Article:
Dr Antonio Taufaeteau began his studies to become an eye doctor three years ago at Fiji National University. In April, he will begin his fourth and final year of training, with the ambition to return to his home island of Vava’u, Tonga to help provide high-quality eye care to the people in his community.
For Dr Antonio and other students in the Pacific, scholarships are invaluable. Without them, further study to become an eye nurse or doctor would be out of reach for most. Regular donations from our generous community of supporters provided Dr Antonio with a scholarship that covers his course fees, textbooks and an allowance for rent. It meant he could go on outreaches - also funded by donations - and learn from leading eye doctors like Dr Mundi. It also allowed him to move his family to Fiji with him while he gains his qualifications.
"Since starting eye care, I have never looked back. I enjoy everything about it, but the most amazing part is the cataract surgeries. Watching people cry when they see their loved ones faces or see the light after being in the dark for years" - Dr Antonio
Dr Antonio grew up in a small village called Utungake - a separate island connected to Vava’u by a small bridge. You can drive across the bridge if the weather is good, but if there are bad storms, or the tide is high, the village can become shut off to the rest of the island.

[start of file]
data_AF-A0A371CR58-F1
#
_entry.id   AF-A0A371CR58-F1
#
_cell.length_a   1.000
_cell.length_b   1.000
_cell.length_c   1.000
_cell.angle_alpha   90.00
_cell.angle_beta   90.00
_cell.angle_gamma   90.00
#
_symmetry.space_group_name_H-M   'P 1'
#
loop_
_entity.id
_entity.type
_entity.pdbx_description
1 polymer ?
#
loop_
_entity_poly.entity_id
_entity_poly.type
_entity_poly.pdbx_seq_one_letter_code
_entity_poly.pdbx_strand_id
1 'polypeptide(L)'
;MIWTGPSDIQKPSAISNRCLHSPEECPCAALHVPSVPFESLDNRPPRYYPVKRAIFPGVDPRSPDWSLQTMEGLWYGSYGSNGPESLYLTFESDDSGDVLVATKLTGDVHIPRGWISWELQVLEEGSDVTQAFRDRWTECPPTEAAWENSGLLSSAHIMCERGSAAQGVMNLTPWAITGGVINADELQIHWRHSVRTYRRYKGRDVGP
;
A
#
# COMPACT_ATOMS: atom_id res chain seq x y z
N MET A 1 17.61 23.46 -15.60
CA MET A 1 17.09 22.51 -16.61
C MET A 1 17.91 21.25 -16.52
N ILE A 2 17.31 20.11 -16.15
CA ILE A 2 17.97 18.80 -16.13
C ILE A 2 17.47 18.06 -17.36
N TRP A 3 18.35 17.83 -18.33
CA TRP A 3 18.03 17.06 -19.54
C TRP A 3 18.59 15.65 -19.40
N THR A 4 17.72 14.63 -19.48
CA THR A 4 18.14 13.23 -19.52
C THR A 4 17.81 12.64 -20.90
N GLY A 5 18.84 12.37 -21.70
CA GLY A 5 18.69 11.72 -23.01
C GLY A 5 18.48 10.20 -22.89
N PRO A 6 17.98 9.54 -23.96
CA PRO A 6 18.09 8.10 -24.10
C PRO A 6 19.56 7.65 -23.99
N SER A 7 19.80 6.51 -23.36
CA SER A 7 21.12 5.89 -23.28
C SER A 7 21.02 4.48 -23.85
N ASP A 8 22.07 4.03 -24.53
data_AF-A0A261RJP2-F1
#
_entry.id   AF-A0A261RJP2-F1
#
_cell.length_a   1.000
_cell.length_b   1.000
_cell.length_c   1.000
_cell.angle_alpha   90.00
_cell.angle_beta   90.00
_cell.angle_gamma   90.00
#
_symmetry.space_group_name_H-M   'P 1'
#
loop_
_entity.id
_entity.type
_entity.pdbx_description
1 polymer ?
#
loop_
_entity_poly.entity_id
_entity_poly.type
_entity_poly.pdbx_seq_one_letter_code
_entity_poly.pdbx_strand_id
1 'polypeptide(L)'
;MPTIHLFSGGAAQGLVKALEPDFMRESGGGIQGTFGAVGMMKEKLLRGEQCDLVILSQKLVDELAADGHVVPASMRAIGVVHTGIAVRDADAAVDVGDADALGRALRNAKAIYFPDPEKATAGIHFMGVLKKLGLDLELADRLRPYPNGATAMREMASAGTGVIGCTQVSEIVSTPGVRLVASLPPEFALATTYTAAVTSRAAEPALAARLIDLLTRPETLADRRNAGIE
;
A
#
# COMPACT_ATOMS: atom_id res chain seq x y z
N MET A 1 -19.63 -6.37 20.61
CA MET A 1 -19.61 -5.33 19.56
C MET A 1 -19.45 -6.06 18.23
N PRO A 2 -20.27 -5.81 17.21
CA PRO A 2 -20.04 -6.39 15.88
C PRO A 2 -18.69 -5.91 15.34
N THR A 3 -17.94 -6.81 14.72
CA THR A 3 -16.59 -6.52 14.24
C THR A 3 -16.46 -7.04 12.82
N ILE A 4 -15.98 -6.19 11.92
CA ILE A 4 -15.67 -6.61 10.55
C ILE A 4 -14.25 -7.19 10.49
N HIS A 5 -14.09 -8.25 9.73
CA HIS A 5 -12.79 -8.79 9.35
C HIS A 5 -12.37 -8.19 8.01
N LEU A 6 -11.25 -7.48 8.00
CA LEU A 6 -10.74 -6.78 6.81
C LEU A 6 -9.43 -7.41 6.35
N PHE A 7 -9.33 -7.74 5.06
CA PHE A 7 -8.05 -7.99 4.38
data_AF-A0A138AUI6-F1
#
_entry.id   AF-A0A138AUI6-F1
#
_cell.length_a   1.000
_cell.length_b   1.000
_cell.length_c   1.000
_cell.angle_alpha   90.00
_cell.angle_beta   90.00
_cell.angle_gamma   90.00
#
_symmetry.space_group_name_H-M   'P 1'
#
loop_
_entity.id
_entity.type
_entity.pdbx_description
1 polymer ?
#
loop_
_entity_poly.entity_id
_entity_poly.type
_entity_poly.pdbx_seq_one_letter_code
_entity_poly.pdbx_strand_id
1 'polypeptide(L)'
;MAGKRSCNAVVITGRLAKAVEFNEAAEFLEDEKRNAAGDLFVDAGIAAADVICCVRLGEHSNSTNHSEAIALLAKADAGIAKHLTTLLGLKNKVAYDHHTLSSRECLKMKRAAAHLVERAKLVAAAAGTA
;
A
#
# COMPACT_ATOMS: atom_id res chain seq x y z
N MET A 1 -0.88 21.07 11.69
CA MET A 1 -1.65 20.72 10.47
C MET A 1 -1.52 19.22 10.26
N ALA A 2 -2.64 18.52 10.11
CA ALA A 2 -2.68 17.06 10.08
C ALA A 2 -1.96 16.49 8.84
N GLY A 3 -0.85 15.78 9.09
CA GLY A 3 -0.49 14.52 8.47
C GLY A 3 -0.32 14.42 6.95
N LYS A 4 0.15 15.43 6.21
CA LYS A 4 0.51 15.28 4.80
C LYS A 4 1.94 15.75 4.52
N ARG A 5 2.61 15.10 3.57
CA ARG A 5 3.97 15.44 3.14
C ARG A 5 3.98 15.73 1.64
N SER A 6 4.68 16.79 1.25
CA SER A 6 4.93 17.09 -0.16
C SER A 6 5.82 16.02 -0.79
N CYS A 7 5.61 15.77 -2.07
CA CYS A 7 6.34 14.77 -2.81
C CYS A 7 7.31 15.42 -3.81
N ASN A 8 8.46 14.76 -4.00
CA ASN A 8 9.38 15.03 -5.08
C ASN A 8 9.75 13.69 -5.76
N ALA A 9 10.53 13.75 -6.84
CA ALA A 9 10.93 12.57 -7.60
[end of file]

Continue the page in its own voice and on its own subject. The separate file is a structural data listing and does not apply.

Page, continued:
Growing up in Va'vau - Dr Antonio learnt to appreciate the most important things in life; family, friends, culture and to trust God in everything he does - going to church is an important part of his life. He is the middle of five children, with two sisters and two brothers. He has many happy memories of his mother, father and siblings, feeding the pigs and cows and spending hours admiring nature and swimming.
He has a wife and three lovely children, two boys and one girl; aged six, four and one. He loves spending time with his children, taking them to the park and movies, simply playing with them.
While studying has been a challenge at times, especially during a global pandemic, having his family by his side in Fiji has been the support he's needed to get through this journey of becoming an eye doctor.
He was Medical Officer for Vava'u, where he met Dr Mundi and his outreach team. There is a high prevalence of diabetes and high blood pressure in Tonga and because of this, there are long-term complications such as diabetes eye disease and hypertension in the eye. At the time, the eye clinic in Vava'u had one local eye nurse to perform screenings, and Tonga itself didn't have a single eye doctor.
His love for Vava'u, its people and his community, are the reason Dr Antonio decided to work in eye care. Most people on the island rely on farming, fishing, weaving and handicrafts to earn a living. Losing one’s sight is like losing one’s life when you are no longer able to provide for your family. Observing cataract surgeries on Dr. Mundi's outreach; seeing how quickly people, including some of his family and close friends recovered and returned to work, encouraged him to specialise in eye care.
Dr Antonio is excited to return to Tonga and collaborate with Dr Duke, providing high-quality eye cate to the people of his country.
More eye nurses and doctors are needed in Tonga and throughout the Pacific. Dr Antonio's wish is that people will continue to offer this opportunity to other young doctors and nurses in the Pacific who want to change people’s life by giving them vision.